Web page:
KSOM Dept of PopPublicHS_1 lineWhtGold

COVID-19 Pandemic Research Center (CPRC)

The Trojan Pandemic Response Initiative: Uptake, Markers and Determinants of Effectiveness, Subsequent Behaviors


We propose a study of the impact of the on-going SARS-CoV-2 Pandemic and Vaccination Campaign on USC students, staff and faculty that will (a) generate real-time evidence of attitudes, behaviors, and infections acutely needed for USC to pursue strategies and policies to minimize new COVID-19 infections while the USC public health campaign, including vaccinations, continues; and (b) capitalize on USC’s scientific strengths and the diversity of its workforce to generate scientific knowledge that both advances the field and is relatively unique. Leveraging an outstanding multi-disciplinary team and the ability to merge the data on individuals we will collect with their data from the on-going USC campaign of PCR testing for COVID, Trojan checks and vaccinations, we will recruit (1) 8,000 subjects into a ‘University Cohort’ that will be briefly surveyed and then followed to determine vaccine effectiveness; (2) 4,000 subjects into a ‘Survey/Health Cohort’ that will undergo intensive surveys repeated over time to ascertain the evolution of attitudes and behaviors in relation to infections and vaccinations; and (3) a ‘Biomarker Cohort’ of 600 subjects that will undergo the surveys as well as repeated collection of serum, cells, saliva, and urine in conjunction with and after their vaccinations.
Oversampling the University Cohort to ensure 25% representation among Latinos, 25% representation among Blacks, and 25% representation among Asians in the Survey/Health and Biomarker Cohorts will allow rigorous study of groups that have experienced markedly higher rates of infection, morbidity and mortality from COVID-19, yet have been understudied with respect to COVID-19. The surveys will provide real-time information on the prevalence and factors associated with vaccine hesitation/refusal, maladoption or rejection of social distancing and masking after vaccination, and other attitudes and behaviors critical for USC policy-makers. The serum will be quantitatively tested with the Luminex assay for IgG, IgA, and IgM antibodies related to vaccination (S) and natural infection (S, S/RBD, N), which will allow for testing a number of novel hypotheses on the immune response to the vaccines. Extra serum and the cells, saliva, and urine will be archived in a biorepository for additional planned research (e.g., tests of cellular immunity, viral antigen load, human and viral genomics, and assays of immunotoxicants). Overall, based on our power calculations, these data and the associated sample sizes will allow us to test a number of critical hypotheses related to variation in protective immunity and public health behaviors by race/ethnicity, age, gender, environmental exposures, genetics, and other factors while also creating a shareable data and biorepository resource with outstanding potential for additional research by the USC investigator community.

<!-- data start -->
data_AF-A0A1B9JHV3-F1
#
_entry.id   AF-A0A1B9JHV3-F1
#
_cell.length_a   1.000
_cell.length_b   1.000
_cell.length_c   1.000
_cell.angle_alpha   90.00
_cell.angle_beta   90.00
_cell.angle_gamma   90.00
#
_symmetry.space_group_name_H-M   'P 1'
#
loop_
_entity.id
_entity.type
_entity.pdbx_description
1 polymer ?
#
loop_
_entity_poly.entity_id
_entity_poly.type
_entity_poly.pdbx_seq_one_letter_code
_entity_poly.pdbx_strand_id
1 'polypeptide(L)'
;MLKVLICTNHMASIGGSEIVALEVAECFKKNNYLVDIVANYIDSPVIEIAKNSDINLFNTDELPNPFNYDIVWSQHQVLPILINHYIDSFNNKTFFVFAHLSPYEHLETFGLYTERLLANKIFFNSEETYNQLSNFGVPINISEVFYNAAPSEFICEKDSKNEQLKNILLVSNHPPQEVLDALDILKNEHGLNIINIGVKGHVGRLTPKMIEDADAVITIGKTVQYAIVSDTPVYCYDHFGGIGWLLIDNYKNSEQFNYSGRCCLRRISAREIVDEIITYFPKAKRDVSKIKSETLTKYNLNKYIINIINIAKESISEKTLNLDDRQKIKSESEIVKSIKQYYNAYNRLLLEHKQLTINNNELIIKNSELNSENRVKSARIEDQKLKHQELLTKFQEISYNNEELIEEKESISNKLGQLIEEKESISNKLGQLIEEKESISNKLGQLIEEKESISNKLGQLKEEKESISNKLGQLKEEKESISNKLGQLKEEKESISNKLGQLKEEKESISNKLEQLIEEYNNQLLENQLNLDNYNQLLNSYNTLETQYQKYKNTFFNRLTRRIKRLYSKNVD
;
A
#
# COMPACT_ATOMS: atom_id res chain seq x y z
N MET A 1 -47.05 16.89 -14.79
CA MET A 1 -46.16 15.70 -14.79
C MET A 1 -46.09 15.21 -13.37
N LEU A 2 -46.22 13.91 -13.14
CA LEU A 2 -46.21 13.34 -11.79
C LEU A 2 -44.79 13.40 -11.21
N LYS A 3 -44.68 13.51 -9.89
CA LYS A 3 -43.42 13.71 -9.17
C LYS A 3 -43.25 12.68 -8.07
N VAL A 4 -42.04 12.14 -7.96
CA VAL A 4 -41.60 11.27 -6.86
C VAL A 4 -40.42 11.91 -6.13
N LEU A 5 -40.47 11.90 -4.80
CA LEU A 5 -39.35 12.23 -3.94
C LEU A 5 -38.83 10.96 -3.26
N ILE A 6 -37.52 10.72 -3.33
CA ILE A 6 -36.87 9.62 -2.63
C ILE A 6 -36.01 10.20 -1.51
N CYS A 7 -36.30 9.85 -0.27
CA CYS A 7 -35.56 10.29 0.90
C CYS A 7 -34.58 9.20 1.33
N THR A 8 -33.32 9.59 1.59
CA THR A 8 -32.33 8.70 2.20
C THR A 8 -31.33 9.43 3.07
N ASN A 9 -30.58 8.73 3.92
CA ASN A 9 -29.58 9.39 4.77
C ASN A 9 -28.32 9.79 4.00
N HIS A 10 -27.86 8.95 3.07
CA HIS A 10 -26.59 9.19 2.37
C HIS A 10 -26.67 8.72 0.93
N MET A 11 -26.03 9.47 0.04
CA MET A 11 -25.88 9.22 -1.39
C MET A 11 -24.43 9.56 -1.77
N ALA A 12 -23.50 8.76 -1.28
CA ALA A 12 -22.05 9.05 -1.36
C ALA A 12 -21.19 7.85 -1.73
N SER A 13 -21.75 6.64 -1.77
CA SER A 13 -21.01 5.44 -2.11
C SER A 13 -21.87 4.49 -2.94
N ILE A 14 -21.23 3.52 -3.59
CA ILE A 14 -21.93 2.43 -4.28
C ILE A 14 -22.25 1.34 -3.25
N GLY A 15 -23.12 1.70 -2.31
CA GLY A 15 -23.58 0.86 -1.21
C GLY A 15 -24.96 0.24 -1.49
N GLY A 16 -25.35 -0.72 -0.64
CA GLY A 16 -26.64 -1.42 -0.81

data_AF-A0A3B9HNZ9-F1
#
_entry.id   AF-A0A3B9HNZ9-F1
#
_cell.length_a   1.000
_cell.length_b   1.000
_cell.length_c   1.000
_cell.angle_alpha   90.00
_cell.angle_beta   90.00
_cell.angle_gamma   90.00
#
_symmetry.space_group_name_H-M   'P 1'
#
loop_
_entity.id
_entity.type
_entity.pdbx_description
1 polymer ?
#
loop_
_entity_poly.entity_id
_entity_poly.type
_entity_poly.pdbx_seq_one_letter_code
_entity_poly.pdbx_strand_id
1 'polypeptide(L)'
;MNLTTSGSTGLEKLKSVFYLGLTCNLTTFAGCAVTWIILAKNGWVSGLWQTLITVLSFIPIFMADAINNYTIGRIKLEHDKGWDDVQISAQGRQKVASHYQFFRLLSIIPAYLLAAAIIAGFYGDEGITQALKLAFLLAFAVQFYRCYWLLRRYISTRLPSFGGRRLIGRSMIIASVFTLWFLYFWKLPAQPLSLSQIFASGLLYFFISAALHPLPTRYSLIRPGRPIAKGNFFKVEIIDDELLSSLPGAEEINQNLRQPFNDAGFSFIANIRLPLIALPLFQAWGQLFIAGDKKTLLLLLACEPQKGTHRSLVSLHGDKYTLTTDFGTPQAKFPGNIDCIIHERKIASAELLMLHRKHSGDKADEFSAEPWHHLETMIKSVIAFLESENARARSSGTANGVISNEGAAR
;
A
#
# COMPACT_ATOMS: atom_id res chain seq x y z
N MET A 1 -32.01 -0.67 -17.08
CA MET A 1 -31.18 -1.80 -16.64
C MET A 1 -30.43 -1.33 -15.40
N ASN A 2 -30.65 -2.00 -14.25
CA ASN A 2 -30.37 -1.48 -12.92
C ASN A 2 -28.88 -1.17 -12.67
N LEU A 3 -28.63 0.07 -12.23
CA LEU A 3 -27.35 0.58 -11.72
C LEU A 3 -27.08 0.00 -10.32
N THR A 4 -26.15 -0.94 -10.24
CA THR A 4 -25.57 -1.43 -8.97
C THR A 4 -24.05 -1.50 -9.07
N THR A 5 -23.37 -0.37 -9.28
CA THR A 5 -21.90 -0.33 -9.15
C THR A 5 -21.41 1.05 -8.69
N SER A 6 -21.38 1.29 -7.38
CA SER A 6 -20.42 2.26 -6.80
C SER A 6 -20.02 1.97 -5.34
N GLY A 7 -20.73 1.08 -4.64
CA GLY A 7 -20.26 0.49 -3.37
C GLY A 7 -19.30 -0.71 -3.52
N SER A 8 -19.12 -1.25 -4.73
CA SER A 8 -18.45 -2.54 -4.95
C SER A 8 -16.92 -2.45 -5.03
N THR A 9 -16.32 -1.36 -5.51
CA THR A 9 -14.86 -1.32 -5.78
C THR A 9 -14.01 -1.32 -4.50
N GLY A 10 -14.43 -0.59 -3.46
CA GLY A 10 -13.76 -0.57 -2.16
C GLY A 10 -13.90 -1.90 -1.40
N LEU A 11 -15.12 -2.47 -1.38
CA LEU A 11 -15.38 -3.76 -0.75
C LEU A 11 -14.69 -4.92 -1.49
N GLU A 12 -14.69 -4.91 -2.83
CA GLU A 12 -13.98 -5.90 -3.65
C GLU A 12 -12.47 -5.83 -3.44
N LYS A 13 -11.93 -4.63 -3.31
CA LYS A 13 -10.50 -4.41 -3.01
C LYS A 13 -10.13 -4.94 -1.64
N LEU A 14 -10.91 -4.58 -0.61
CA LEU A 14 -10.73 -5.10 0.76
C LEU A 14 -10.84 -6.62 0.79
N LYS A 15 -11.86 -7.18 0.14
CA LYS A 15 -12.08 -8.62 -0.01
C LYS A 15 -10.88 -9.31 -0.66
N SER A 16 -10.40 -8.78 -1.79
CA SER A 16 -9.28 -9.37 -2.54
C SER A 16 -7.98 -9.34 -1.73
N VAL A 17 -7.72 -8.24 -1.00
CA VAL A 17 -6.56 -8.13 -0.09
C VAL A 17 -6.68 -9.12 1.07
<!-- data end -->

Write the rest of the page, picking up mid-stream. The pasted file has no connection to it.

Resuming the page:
Principal Investigator
Howard Hu, MD, ScD, MPH
Department of Preventive Medicine, KSOM

Lourdes Baezconde-Garbanati, PhD
Department of Preventive Medicine, KSOM

David Conti, PhD
Department of Preventive Medicine, KSOM

Frank Gilliland, MD, PhD
Department of Preventive Medicine, KSOM

Andrea Kovacs, MD
Keck School of Medicine

Jennifer Unger, PhD
Department of Preventive Medicine, KSOM

Research Scientist
Paul Anderson, MD, MPH

Research Team
Marisol Macedo, MPH
Project Specialist

Daniel Soto, MPH
Project Manager